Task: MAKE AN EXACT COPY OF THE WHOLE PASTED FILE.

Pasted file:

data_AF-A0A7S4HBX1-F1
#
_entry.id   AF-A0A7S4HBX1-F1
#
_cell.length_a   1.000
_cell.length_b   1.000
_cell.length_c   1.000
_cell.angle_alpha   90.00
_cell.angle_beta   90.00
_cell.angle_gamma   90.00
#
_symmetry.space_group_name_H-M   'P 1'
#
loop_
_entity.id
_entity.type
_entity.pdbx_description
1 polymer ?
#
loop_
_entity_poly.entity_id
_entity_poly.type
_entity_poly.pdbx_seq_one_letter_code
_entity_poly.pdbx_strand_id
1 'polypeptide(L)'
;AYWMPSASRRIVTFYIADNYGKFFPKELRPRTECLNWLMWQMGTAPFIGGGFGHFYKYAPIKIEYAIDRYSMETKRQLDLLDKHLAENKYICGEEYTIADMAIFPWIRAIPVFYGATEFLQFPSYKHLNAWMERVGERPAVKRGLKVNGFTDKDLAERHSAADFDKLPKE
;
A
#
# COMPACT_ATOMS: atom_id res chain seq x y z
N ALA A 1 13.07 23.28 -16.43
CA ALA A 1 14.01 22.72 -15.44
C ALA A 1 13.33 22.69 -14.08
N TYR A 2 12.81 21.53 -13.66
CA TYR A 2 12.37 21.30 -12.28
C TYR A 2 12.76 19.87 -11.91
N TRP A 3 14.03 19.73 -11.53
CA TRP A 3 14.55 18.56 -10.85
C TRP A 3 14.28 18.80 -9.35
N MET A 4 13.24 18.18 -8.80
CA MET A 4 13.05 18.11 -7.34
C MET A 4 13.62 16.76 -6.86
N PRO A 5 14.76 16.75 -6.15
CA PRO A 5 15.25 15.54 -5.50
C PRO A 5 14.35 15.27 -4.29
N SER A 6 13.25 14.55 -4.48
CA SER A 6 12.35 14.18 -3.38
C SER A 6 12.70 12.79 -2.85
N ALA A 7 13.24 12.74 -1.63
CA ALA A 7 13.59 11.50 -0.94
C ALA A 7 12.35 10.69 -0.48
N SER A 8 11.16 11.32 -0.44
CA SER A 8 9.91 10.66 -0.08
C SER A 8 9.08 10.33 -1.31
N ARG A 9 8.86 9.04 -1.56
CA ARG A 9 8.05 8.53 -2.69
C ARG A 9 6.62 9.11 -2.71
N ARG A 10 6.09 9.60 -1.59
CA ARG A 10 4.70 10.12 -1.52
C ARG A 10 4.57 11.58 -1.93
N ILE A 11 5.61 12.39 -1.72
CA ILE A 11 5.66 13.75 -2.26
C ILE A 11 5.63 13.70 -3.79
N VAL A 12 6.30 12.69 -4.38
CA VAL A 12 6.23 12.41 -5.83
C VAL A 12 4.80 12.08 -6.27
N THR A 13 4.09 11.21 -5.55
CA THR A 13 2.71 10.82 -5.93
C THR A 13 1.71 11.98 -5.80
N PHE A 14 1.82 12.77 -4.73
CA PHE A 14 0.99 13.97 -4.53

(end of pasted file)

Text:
data_AF-A0A7S4HBX1-F1
#
_entry.id   AF-A0A7S4HBX1-F1
#
_cell.length_a   1.000
_cell.length_b   1.000
_cell.length_c   1.000
_cell.angle_alpha   90.00
_cell.angle_beta   90.00
_cell.angle_gamma   90.00
#
_symmetry.space_group_name_H-M   'P 1'
#
loop_
_entity.id
_entity.type
_entity.pdbx_description
1 polymer ?
#
loop_
_entity_poly.entity_id
_entity_poly.type
_entity_poly.pdbx_seq_one_letter_code
_entity_poly.pdbx_strand_id
1 'polypeptide(L)'
;AYWMPSASRRIVTFYIADNYGKFFPKELRPRTECLNWLMWQMGTAPFIGGGFGHFYKYAPIKIEYAIDRYSMETKRQLDLLDKHLAENKYICGEEYTIADMAIFPWIRAIPVFYGATEFLQFPSYKHLNAWMERVGERPAVKRGLKVNGFTDKDLAERHSAADFDKLPKE
;
A
#
# COMPACT_ATOMS: atom_id res chain seq x y z
N ALA A 1 13.07 23.28 -16.43
CA ALA A 1 14.01 22.72 -15.44
C ALA A 1 13.33 22.69 -14.08
N TYR A 2 12.81 21.53 -13.66
CA TYR A 2 12.37 21.30 -12.28
C TYR A 2 12.76 19.87 -11.91
N TRP A 3 14.03 19.73 -11.53
CA TRP A 3 14.55 18.56 -10.85
C TRP A 3 14.28 18.80 -9.35
N MET A 4 13.24 18.18 -8.80
CA MET A 4 13.05 18.11 -7.34
C MET A 4 13.62 16.76 -6.86
N PRO A 5 14.76 16.75 -6.15
CA PRO A 5 15.25 15.54 -5.50
C PRO A 5 14.35 15.27 -4.29
N SER A 6 13.25 14.55 -4.48
CA SER A 6 12.35 14.18 -3.38
C SER A 6 12.70 12.79 -2.85
N ALA A 7 13.24 12.74 -1.63
CA ALA A 7 13.59 11.50 -0.94
C ALA A 7 12.35 10.69 -0.48
N SER A 8 11.16 11.32 -0.44
CA SER A 8 9.91 10.66 -0.08
C SER A 8 9.08 10.33 -1.31
N ARG A 9 8.86 9.04 -1.56
CA ARG A 9 8.05 8.53 -2.69
C ARG A 9 6.62 9.11 -2.71
N ARG A 10 6.09 9.60 -1.59
CA ARG A 10 4.70 10.12 -1.52
C ARG A 10 4.57 11.58 -1.93
N ILE A 11 5.61 12.39 -1.72
CA ILE A 11 5.66 13.75 -2.26
C ILE A 11 5.63 13.70 -3.79
N VAL A 12 6.30 12.69 -4.38
CA VAL A 12 6.23 12.41 -5.83
C VAL A 12 4.80 12.08 -6.27
N THR A 13 4.09 11.21 -5.55
CA THR A 13 2.71 10.82 -5.93
C THR A 13 1.71 11.98 -5.80
N PHE A 14 1.82 12.77 -4.73
CA PHE A 14 0.99 13.97 -4.53